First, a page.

ong a staple of American politics, opinion polls no longer just reflect public opinion, they often shape it. But when polls get the results wrong, people ask: Can we trust the numbers?
How long have polls been around?
Polling as we know it today began in 1936, when a young statistician named George Gallup conducted the first poll using statistical modeling. He accurately predicted that Franklin Roosevelt would trounce Alf Landon. For decades after that, the polling business was dominated by Gallup and a few rivals. But the 1990s saw a polling explosion, as virtually every major news organization began conducting polls and treating them as news events equal in importance to the daily maneuverings of the candidates, to say nothing of the issues. Today, virtually all candidates and elected officials commission their own polls to gauge their popularity and whether their messages are working.
How does polling work?
Sampling public opinion, George Gallup once said, is like sampling soup: One spoonful can reflect the taste of the whole pot, if the soup is well-stirred. In other words, it’s all about finding a sample that reflects the larger population. Polling is based on the laws of probability. According to probability theory, it’s not necessary to sample the opinions of all 300 million Americans; a much smaller sample can reflect the larger population—if that sample is truly representative. So in surveying the opinions of the whole country, pollsters have to sample a proportional percentage of men and women; Republicans, Democrats, and independents; rural and urban residents; and so on. That sample group, moreover, has to reach a certain size threshold to be statistically accurate. For national polls, most pollsters use a sample of 1,500 as a rule of thumb. A sample that size will accurately reflect the whole within about 3 percentage points, a variance that statisticians call the margin of error.
How do pollsters take their samples?
These days, most national polls are conducted by telephone. Poll workers call randomly generated phone numbers, then conduct 15- to 20-minute interviews with those who respond. Most polls try to compile about 1,500 responses, since smaller samples have a larger margin of error and larger ones aren’t significantly more accurate. Pollsters then compare the pool of respondents to the broader population in terms of age, race, gender, and other characteristics. If the match isn’t perfect—it rarely is—pollsters use statistical techniques to “weight” some responses more heavily than others. But there are pitfalls. Results can be distorted by the wording of questions, the order they’re asked, even the interviewer’s tone of voice. That’s why some polling experts argue that news stories on polls should routinely include the full questionnaire, so people can judge whether the questions are biased. In the face of such hazards, says MIT political science professor Stephen Ansolabehere, “I’m perpetually surprised that results aren’t wrong more often.”
How often are they wrong?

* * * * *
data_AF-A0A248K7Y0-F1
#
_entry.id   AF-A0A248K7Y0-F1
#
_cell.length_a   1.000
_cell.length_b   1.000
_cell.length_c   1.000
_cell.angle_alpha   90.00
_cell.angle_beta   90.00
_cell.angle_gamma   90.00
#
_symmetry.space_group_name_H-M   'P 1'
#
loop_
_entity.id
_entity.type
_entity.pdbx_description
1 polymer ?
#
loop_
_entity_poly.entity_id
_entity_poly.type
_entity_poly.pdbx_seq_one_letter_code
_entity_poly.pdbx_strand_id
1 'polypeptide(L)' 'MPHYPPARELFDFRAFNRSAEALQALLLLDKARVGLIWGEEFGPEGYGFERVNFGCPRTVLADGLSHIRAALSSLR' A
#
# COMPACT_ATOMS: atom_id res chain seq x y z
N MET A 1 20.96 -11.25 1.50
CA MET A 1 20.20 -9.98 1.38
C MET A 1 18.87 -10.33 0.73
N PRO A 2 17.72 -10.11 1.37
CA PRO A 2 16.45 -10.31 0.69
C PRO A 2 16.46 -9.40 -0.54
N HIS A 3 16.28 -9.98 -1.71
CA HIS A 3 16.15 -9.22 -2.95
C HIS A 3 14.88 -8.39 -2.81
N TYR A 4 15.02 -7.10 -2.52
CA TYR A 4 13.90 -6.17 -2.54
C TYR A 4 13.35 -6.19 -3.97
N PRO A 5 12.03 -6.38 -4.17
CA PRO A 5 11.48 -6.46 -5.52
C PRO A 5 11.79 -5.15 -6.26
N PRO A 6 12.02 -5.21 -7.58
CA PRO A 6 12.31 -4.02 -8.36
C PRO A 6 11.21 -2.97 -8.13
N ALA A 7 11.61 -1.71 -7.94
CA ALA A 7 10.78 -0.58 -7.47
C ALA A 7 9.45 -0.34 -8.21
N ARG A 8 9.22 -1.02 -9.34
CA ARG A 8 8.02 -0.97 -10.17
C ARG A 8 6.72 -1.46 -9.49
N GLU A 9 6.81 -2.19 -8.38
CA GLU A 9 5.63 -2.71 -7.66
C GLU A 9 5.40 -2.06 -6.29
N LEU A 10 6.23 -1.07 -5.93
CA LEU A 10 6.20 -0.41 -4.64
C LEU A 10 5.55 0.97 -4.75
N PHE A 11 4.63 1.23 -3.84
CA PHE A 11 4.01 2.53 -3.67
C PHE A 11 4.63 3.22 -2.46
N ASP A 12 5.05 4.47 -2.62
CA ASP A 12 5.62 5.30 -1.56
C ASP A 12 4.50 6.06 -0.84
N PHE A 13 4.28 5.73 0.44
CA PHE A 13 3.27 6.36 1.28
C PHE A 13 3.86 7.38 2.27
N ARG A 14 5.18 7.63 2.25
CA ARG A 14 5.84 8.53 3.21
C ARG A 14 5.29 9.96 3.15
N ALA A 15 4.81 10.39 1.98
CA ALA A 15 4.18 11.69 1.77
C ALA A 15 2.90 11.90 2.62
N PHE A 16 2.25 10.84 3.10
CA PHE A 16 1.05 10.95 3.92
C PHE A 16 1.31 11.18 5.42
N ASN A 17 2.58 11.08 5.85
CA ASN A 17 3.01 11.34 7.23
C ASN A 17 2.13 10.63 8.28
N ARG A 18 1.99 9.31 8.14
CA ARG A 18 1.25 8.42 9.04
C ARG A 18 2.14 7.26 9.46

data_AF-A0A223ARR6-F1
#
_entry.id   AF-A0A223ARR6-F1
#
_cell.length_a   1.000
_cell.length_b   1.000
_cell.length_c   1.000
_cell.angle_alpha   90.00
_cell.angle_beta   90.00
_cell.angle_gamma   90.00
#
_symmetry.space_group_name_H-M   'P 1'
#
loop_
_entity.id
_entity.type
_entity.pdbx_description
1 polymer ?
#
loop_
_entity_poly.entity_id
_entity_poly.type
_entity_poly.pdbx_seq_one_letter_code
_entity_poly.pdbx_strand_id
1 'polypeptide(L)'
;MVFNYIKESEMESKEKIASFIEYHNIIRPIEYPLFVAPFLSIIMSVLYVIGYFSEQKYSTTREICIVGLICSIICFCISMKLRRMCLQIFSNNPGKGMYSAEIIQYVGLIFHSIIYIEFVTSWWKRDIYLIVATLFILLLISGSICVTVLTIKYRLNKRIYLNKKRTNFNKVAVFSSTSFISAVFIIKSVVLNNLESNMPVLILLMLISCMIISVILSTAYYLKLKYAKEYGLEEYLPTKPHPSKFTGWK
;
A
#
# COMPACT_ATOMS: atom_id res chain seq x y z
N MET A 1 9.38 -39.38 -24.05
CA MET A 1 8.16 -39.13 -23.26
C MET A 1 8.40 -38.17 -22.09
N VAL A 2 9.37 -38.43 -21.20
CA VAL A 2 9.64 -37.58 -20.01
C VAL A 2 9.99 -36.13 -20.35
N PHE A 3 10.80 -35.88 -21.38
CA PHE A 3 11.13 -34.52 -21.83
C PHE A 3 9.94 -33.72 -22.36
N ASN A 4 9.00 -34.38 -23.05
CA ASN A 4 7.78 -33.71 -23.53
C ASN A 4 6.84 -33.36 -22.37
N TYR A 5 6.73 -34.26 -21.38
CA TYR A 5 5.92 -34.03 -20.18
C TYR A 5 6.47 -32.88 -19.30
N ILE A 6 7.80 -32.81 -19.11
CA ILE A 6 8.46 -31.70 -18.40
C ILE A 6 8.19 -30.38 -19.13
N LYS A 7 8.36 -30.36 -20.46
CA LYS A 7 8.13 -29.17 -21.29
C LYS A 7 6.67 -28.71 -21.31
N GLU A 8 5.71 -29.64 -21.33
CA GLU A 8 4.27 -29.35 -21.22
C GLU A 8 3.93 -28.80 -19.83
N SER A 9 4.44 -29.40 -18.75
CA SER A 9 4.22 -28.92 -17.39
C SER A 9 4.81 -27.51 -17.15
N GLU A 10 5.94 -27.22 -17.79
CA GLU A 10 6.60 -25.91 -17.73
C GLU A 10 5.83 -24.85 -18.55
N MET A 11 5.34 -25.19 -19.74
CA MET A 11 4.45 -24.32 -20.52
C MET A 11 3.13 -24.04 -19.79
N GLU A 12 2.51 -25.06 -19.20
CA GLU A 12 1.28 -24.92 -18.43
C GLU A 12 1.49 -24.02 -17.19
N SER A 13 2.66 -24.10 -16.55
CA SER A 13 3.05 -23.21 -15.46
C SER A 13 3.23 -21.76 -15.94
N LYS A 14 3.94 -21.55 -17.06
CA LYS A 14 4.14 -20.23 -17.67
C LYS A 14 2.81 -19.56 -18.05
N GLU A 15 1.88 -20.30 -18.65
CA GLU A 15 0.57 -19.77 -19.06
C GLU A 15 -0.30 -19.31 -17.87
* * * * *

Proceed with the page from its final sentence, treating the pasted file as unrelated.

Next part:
Rarely. In every presidential election since 1980, with the exception of the 2000 Bush-Gore race, national polls have correctly predicted the winner, usually within a couple of points of the eventual tally. But that’s not to say that polls are always understood by the public. People tend to brush off the margin of error, but it’s crucial. If candidate A is leading candidate B by 55–45, with the margin of error of plus or minus 5 percentage points, the two could actually be tied, or candidate A could be leading 60–40. It’s also important to remember that polls provide a snapshot of how voters feel at the moment, not necessarily how they’ll vote on Election Day.
Do polls influence voter behavior?
Many political scientists say they do—by exerting a subtle form of peer pressure. Experts speak of a so-called bandwagon effect, in which voters flock to the candidate with a healthy lead in the polls because they want to pick a winner. On the flip side, there’s the underdog effect, when voters switch to the trailing candidate out of sympathy; that may have played a part in Hillary Clinton’s surprise win in New Hampshire. Then there’s the boomerang effect, when people are so sure that their favored candidate will win that they don’t bother to vote. Historians say the boomerang effect helped President Truman defeat Thomas Dewey in 1948; with polls showing Dewey holding an insurmountable lead, many Republicans stayed home and Truman snatched an upset victory.
Are polls bad for democracy?
They certainly have a downside. Polls help turn elections into proverbial “horse races,” in which more attention is paid to who’s ahead or behind than to candidates’ leadership qualities and ideas. And when one candidate has a big lead close to the election, as Bill Clinton did against Bob Dole in 1996, voters can lose interest and stay home on Election Day. Only 49 percent of eligible voters showed up that year—the lowest turnout since 1924. The polls “dampened voters’ interest and participation by announcing that the presidential contest was really no contest at all,” said political scientist Everett Ladd. But pollsters say their work satisfies a natural curiosity about what other people are thinking, while helping to identify the priorities of the electorate. As for those who complain that polls are inaccurate, pollsters don’t take it personally. “People always think there’s something wrong with the polls,” said pollster Micheline Blum, “if they don’t agree with them.”
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